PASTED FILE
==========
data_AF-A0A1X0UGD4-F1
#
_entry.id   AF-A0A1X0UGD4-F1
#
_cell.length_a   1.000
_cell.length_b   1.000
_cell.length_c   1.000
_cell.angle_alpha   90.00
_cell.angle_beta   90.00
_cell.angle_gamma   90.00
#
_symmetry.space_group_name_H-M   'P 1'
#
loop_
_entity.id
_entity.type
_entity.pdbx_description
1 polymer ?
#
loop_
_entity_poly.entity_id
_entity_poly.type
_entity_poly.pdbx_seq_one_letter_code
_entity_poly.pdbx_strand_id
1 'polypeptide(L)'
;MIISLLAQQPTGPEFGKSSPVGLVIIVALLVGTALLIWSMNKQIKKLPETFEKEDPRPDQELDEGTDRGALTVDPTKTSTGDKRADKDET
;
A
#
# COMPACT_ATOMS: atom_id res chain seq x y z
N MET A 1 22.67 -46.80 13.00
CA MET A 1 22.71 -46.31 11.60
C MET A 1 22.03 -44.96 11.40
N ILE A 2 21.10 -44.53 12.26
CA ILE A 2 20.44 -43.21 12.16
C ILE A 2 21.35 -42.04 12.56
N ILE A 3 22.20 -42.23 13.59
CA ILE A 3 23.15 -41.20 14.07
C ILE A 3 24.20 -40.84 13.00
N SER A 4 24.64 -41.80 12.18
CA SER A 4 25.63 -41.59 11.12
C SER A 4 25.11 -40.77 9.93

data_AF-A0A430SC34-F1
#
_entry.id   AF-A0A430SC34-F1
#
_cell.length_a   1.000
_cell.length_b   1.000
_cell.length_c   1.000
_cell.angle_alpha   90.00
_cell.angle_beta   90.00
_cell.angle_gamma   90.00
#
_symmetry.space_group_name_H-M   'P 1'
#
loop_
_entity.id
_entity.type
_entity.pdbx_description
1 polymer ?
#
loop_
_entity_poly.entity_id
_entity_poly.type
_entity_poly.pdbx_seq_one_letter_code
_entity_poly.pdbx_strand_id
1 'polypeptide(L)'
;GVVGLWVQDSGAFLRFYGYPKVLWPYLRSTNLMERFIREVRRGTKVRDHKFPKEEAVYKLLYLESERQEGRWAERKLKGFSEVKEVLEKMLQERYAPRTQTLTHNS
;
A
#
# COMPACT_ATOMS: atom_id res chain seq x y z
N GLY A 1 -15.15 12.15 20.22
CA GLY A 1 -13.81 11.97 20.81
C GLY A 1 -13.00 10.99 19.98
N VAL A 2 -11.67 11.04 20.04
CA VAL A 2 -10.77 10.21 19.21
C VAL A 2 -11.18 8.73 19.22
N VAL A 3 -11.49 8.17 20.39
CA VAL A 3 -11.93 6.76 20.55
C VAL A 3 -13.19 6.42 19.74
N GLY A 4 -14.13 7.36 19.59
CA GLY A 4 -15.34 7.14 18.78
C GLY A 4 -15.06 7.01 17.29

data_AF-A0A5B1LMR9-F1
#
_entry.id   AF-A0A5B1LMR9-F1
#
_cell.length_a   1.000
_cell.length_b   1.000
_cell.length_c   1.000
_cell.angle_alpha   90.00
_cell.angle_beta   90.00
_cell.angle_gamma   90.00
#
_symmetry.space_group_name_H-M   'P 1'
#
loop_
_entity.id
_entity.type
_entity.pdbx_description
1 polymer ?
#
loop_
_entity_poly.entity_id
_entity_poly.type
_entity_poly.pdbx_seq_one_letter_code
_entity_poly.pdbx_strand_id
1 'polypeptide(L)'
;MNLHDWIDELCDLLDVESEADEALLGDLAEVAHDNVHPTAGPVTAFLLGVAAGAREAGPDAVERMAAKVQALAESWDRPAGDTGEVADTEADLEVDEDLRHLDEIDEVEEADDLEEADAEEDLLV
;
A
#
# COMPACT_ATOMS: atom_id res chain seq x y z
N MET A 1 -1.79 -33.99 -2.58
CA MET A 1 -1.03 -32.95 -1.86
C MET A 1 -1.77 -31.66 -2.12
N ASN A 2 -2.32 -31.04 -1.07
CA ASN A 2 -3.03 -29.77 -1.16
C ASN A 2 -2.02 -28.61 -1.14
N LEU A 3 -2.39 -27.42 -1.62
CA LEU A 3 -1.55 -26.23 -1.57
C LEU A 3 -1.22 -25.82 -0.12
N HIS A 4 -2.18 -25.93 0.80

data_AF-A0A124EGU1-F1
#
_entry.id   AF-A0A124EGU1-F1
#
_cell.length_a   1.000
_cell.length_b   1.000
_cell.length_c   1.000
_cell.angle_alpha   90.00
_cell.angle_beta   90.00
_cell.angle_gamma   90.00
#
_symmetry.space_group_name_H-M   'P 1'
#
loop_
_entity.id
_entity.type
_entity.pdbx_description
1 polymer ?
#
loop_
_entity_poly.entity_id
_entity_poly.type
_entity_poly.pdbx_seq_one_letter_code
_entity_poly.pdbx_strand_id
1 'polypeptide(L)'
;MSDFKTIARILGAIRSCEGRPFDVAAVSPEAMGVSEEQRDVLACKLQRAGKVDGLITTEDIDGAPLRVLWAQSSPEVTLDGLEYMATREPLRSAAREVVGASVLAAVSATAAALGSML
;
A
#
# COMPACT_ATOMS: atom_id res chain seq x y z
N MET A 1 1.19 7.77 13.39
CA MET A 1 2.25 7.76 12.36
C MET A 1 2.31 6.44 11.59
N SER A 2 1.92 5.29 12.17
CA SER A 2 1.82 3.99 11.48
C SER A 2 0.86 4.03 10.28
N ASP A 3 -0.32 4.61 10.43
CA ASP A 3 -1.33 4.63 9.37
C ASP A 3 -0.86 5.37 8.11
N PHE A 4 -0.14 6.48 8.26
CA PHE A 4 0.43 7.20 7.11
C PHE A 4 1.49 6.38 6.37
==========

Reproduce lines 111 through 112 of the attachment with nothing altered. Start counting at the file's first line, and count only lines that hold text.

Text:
;
A